Jason Marks writes [6]: “Despite the tropical heat, it doesn't look like drudgery. Among organoponico employees, there is a palpable pride in their creation. The atmosphere is cooperative and congeniaL There is no boss in sight, and each person seems to understand well their role and what’s expected of them. The work occurs fluidly, with a quiet grace.”

Gardeners come from all walks of life: artists, doctors, teachers. Fernando Morel, president of the Cuban Association of Agronomists said: “It’s amazing. When we had more resources in the 80s, oil and everything, the system was less efficient than it is today.”

The hybrid public-private partnership appears to work well. In return for providing the land, the government receives a portion of the produce, usually about one-fifth of the harvest, to use at state-run daycare centres, schools and hospitals. The workers get to keep the rest to sell at produce stands located right at the farm. It is more than fair trade.

The City of Havana now produces enough food for each resident to receive a daily serving of 280 g of fruits and vegetables a day. The UN food programme recommends 305 g.

Joe Kovach, an entomologist from Ohio State University who visited Cuba on a 2006 research delegation sums up the situation: “ In 25 years of working with farmers, these are the happiest, most optimistic, and best-paid farmers I have ever met.”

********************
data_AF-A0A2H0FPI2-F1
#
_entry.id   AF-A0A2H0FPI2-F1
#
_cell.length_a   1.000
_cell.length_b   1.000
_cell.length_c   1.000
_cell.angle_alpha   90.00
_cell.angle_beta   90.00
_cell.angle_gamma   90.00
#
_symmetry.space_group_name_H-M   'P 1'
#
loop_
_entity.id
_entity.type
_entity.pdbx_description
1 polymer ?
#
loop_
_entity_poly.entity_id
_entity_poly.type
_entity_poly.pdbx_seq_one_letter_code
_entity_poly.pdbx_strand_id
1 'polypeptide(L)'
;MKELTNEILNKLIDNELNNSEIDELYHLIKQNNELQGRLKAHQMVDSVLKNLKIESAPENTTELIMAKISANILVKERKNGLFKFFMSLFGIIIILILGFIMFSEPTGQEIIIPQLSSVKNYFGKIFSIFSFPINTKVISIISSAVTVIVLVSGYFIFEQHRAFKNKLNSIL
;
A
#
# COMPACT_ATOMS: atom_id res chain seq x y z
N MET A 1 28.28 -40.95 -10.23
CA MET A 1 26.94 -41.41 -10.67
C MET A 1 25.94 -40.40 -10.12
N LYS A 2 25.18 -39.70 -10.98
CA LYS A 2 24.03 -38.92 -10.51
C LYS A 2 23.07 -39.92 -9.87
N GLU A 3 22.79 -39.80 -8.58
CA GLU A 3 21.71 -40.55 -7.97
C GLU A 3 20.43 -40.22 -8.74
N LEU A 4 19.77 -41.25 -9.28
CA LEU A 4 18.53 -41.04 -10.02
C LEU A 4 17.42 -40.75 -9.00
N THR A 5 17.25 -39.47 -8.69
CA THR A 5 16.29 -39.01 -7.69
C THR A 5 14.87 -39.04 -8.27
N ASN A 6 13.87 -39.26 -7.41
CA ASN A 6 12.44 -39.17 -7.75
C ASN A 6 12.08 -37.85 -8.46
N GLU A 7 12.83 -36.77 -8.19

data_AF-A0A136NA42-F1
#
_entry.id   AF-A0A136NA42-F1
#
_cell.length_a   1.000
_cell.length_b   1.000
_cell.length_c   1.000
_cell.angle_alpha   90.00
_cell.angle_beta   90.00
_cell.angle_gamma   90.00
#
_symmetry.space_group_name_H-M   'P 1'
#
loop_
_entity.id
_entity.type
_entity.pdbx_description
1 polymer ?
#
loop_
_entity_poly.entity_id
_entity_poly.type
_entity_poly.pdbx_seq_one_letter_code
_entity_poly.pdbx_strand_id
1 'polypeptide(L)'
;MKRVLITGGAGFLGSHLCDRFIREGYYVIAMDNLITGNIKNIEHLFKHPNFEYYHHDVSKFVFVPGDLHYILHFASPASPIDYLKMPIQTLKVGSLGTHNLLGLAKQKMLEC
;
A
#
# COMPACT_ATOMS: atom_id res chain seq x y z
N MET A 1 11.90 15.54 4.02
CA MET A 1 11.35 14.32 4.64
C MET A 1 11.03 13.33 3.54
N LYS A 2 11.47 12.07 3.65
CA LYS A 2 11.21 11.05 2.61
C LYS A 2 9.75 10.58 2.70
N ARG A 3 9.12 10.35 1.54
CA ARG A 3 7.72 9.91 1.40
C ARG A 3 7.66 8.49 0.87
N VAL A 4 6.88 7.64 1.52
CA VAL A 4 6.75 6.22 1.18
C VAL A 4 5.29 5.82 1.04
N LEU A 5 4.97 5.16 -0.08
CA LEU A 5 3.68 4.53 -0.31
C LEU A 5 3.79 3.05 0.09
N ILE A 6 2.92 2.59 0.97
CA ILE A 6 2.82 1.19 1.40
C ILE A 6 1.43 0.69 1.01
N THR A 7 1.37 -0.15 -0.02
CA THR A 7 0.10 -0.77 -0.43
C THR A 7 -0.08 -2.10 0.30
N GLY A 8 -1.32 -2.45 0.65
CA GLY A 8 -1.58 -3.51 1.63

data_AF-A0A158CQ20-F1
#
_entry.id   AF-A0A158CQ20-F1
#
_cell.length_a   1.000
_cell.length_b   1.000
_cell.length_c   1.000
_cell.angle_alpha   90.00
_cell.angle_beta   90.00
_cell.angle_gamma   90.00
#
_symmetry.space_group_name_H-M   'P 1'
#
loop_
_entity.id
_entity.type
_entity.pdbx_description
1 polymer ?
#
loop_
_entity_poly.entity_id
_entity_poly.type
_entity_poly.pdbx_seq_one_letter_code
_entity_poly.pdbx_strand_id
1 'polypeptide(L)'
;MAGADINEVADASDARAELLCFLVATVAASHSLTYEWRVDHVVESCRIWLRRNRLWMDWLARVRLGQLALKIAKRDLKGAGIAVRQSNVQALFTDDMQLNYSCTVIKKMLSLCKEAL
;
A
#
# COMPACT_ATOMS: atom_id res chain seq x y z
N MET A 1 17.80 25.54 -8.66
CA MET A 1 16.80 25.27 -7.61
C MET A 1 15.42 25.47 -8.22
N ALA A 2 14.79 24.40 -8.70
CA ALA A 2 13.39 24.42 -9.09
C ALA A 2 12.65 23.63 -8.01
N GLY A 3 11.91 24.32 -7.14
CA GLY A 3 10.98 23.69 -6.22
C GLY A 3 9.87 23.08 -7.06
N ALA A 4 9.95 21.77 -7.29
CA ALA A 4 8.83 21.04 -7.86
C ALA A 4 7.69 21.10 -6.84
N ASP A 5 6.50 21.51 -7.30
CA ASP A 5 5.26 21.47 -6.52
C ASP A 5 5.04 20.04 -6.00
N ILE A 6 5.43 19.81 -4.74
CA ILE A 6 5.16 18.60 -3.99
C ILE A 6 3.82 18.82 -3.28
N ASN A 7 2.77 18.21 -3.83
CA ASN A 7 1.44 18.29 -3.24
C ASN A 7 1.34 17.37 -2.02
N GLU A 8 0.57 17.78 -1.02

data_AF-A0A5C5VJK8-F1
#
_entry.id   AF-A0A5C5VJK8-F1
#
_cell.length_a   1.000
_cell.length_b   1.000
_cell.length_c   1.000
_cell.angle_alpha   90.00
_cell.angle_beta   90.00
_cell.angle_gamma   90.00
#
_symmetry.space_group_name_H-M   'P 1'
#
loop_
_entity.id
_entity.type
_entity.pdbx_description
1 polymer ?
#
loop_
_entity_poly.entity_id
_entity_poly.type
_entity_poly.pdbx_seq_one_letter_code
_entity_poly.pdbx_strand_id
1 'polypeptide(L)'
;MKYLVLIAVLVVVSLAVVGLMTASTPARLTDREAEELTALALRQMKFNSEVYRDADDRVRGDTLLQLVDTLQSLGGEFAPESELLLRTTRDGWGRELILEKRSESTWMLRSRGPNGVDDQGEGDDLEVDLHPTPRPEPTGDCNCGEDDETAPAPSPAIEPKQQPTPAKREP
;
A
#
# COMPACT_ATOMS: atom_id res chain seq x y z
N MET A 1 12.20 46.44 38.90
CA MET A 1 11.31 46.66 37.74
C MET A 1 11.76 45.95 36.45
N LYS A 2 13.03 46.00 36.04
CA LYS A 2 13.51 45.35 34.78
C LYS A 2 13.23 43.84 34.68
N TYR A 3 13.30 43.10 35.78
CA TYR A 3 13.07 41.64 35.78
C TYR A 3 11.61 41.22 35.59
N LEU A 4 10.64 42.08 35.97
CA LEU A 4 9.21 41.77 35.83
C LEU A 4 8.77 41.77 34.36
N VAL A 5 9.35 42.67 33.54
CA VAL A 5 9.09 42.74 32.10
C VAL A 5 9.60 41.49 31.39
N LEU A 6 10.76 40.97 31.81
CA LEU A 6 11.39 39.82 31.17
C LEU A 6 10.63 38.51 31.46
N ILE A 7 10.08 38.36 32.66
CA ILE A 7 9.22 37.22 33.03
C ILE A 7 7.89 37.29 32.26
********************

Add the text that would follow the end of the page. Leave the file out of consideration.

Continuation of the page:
Long queues of shoppers form at the farm stalls, people are shopping for quality and freshness, the produce is harvested as they buy, reducing waste to a minimum.

Urban agriculture nationwide reduces the dependence of urban populations on rural produce. Apart from organoponicos, there are over 104 000 small plots, patios and popular gardens, very small parcels of land covering an area of over 3 600 ha, producing more than the organoponicos and intensive gardens combined [1]. There are also self-provisioning farms around factories, offices and business, more than 300 in Havana alone. Large quantities of vegetables, root crops, grains, and fruits are produced, as well as milk, meat, fish eggs and herbs. In addition, suburban farms are intensively cultivated with emphasis on efficient water use and maximum reduction of agrotoxins; these are very important in Havana, Santa Clara, Sancti Spiritus, Camaguey, and Santiago de Cuba. Shaded cultivation and Apartment-style production allow year-round cultivation when the sun is at its most intense.

Cultivation is also done with diverse soil substrate and nutrient solutions, mini-planting beds, small containers, balconies, roofs, etc. with minimal use of soil. Production levels of vegetables have double or tipled every year since 1994, and urban gardens now produce about 60 percent of all vegetables consumed in Cuba, but only 50 percent of all vegetables consumed in Havana.

The success of urban agriculture is put down to the average Cuban citizen’s commitment to the ideal of local food production [7]. There is so much for the world to learn from the Cuban experience, not least of which, agriculture without fossil fuels is not only possible but also highly productive and health promoting in more ways than one.